I kill plants. I have a plant. What do I do?
November 20, 2014 6:17 AM   Subscribe

Last night a neighbor very sweetly brought me this little plant - a stub of what seems to be a succulent, about 3 inches high, potted in a tiny glass pot. I have no idea what it is or what it needs, and I'd like to keep it alive. Please help!

Gardening-wise, i was handicapped by a childhood in the tropics. My gardening modus operandi is basically - "give it water. Give it more water. If it survives, it likes swimming - yay!" On the other hand, last week i managed to drown a sort of mint that is basically aquatic. I'm starting from scratch here, and there's a certain amount of personal prestige I need to build back up. Can i turn this little guy into a showcase for the Best Apartment Gardener Ever?
posted by tabubilgirl to Home & Garden (16 answers total) 3 users marked this as a favorite
That container might not have enough drainage for it - there a hole in the bottom? I'd water once every two weeks or so. And keep track of the plumpness of the leaves; if you pay attention you can notice when plants need watering before they get so limp they're suffering.
posted by hydrobatidae at 6:32 AM on November 20, 2014

Response by poster: I'm pretty sure it's going to need a new pot - probably much larger. This pot was just for gifting.
posted by tabubilgirl at 6:41 AM on November 20, 2014

A general rule that I follow for watering plants is to let them dry out pretty much almost completely and then saturate them with water. A good way to tell dryness is to stick your pinky finger into the soil as far as it can go and see if either the soil is wet or a little bit cool. If so, wait until the soil is less cool to the touch and fill 'er up. Use fertilizer sparingly. I love that little planter, but eventually this cutting will need another pot. I have some amazing succulents in both pots with drainage and pots without, and as long as you are vigilant about your watering habits, lack of drainage does not, in my experience, harm the plant too much.
posted by lakersfan1222 at 6:42 AM on November 20, 2014 [3 favorites]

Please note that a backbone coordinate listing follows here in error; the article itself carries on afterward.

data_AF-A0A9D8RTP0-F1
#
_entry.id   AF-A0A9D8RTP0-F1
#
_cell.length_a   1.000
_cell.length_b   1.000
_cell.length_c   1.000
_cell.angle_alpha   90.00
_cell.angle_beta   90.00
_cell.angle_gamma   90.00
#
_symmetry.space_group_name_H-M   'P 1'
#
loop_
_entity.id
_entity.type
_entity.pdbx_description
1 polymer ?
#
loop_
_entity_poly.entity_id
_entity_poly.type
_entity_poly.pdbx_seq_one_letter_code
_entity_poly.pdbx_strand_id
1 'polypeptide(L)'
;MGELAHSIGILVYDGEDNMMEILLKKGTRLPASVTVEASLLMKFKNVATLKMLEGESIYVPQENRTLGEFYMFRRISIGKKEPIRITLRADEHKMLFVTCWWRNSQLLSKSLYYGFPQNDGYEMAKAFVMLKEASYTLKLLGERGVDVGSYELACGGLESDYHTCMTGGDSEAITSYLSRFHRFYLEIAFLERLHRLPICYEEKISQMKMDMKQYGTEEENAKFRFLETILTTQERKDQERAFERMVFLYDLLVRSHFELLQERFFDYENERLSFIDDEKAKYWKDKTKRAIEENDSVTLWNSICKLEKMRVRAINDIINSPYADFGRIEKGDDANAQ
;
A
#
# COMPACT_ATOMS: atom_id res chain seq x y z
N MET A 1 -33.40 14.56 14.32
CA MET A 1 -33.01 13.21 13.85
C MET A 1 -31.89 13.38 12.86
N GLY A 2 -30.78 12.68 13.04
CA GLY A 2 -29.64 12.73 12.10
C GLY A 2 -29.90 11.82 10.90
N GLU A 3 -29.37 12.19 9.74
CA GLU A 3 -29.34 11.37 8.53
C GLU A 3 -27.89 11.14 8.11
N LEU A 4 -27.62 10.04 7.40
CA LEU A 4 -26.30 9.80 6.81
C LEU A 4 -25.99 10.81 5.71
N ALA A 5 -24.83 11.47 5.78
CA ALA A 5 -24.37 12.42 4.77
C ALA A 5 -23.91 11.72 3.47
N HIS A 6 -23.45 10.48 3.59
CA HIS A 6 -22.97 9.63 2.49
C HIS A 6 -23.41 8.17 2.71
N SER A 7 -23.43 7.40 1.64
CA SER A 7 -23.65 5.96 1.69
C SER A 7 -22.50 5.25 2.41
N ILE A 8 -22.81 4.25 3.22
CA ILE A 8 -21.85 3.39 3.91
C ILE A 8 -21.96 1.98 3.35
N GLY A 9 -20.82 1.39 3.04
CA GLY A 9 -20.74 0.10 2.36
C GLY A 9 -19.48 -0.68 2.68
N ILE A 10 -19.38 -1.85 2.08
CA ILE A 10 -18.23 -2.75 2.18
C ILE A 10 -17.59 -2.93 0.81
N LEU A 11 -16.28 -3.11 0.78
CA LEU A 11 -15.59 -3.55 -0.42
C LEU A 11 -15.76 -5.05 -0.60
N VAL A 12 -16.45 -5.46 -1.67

1. Identify Plant
2. Give it the environment it wants ("soil", water, light, fertilizer)
3. Enjoy!

I think this is succulent-like (could be wrong) which means well-draining soil, not much water, and lots of light. A larger pot with drainage would be better long-term. Hopefully someone will chime in with specifics for this little guy.
posted by achrise at 6:49 AM on November 20, 2014 [1 favorite]

And, when you transplant the cutting, increase the pot size slightly or moderately, don't get a really big pot thinking it will grow into it, the plant will not be able to use the water in all of that soil efficiently.
posted by lakersfan1222 at 6:49 AM on November 20, 2014 [3 favorites]

I stopped killing little succulents like that when I put them in proper soil (sold as succulent/cactus soil), put a layer of rocks at the bottom of the pot (b/c my pot did not have drain holes), and then whenever I think it needs water I wait a couple weeks and then water it.
posted by mullacc at 6:56 AM on November 20, 2014 [2 favorites]

Response by poster: Gosh, thanks so much. This is all hugely helpful. I'm hoping that someone will be able to identify it properly, but this is lots to go on - a bigger pot, proper soil, and guidelines for sensible water management!
posted by tabubilgirl at 7:01 AM on November 20, 2014

Soil with a high sand content will drain better. Terra Cotta pots also dry out faster. Go for a shallower pot, as succulents do not have very deep root systems.
posted by lettuce dance at 7:02 AM on November 20, 2014 [2 favorites]

Also, it's perfectly okay to ask the giver, "I love my little plant so much. I have a brown thumb, so if you could tell me what it is, I can look it up and figure out what I need to do to give it a fighting chance at life with me."

Good luck!
posted by Ruthless Bunny at 7:07 AM on November 20, 2014 [2 favorites]

I did some searching on a succulent website and it looks like it could be part of the Senecio genus. It has a similar shape to the leaves as some of the Senecios on the website. They also have a forum where you can upload your pic and ask what kind it is.